A Novel Reusable Device to Continuously Clean Laparoscopic Optics During Surgery

Konstantinos I Makris, MD, Andrew S Kastenmeier, MD, Christy M Dunst, MD, Mark H Whiteford, MD. The Oregon Clinic

Background: The safety and effectiveness of laparoscopic surgery relies on the clarity of the image provided by the rod-lens system and the chip camera. Clear vision ensures precision, uninterrupted flow of the surgical movements and promotes efficient surgical team function. Technological advances have improved the quality of the optic equipment used, with improved lenses, better cameras, high-definition monitors and stronger illumination now being available.
Despite these advances, laparoscopy is still plagued by obscured lenses as a result of fogging, intraabdominal bleeding, contact with the patient’s tissues or soiling during the passage of the laparoscope through the ports. Lens warmers, anti-fog lens cleaners, insufflation gas humidifiers have been used with moderate success. The usual maneuver of removing the laparoscope, cleaning the lens, applying anti-fog coating and reinsertion in the abdomen is repeatedly performed during most laparoscopic cases, it adds to the duration of the case, it increases the frustration of the operating surgeon and disturbs the flow of the surgical team function.

Objective of the device: To utilize a commercially available, reusable, lens irrigation system, which allows intraabdominal cleansing of the laparoscope lens. This device leads to easier maintenance of clear view, less withdrawals of the laparoscope outside the abdomen and reduction of the frustration level in the operating team.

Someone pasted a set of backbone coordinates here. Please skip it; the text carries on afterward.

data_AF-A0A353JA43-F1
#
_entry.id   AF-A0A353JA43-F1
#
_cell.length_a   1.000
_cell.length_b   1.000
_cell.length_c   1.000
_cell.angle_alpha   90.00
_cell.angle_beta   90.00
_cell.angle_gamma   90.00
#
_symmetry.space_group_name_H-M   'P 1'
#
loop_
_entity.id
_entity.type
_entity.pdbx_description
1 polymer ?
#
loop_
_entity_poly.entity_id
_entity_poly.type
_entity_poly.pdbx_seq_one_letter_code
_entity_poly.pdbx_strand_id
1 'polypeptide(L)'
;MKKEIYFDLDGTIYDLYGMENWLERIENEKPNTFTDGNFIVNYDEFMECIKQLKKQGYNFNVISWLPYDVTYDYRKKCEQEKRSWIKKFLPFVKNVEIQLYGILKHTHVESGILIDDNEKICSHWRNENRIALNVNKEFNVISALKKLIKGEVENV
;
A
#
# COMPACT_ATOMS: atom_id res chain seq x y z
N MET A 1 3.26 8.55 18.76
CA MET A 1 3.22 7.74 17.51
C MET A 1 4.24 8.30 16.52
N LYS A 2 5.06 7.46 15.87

Description of the technology and method of its use: A metallic overtube, equipped with a leur lock side port allowing irrigation and suctioning through it with a standard 10 ml syringe, is slid over the 10-mm, 25-degree laparoscope. Irrigation removes foreign particles from the lens and eliminates fogging condensation.
In the absence of dedicated lens irrigation overtubes, we have been using components of the commercially available transanal endoscopic microsurgery (TEM) system. Specifically, we have used the TEM laparoscope along with the metallic overtube. The device can be inserted though a 12-mm trocar (picture).

Preliminary results: This device has been used exclusively for our TEMS cases for over 10 years. This past year, we began using it for advanved laparoscopic procedures. Our initial experience reveals an extreme improvement in our visualization in laparoscopic cases. The need to remove the laparoscope outside the abdomen for cleansing has almost been eliminated. No compromises in the quality of visualization are made, since irrigation is easy and rapid. The cleaning process never becomes the focus of attention during the procedures and this allows uninterrupted, well-coordinated function of the surgical team.

Conclusions/ Future directions: The use of the irrigation overtube provides easy and rapid cleansing of the lens intraabdominally in minimally invasive surgery. This constitutes a re-emerging technology that provides a simple solution to a common problem, which persists in an era of complex technological advances. Validation of our experience with a prospective comparative study is planned. The development of irrigation overtubes that fit on all the commonly used laparoscopes appears to be the next step, which will allow widespread use of this method. 


 


Session: Emerging Technology Poster
Program Number: ETP041
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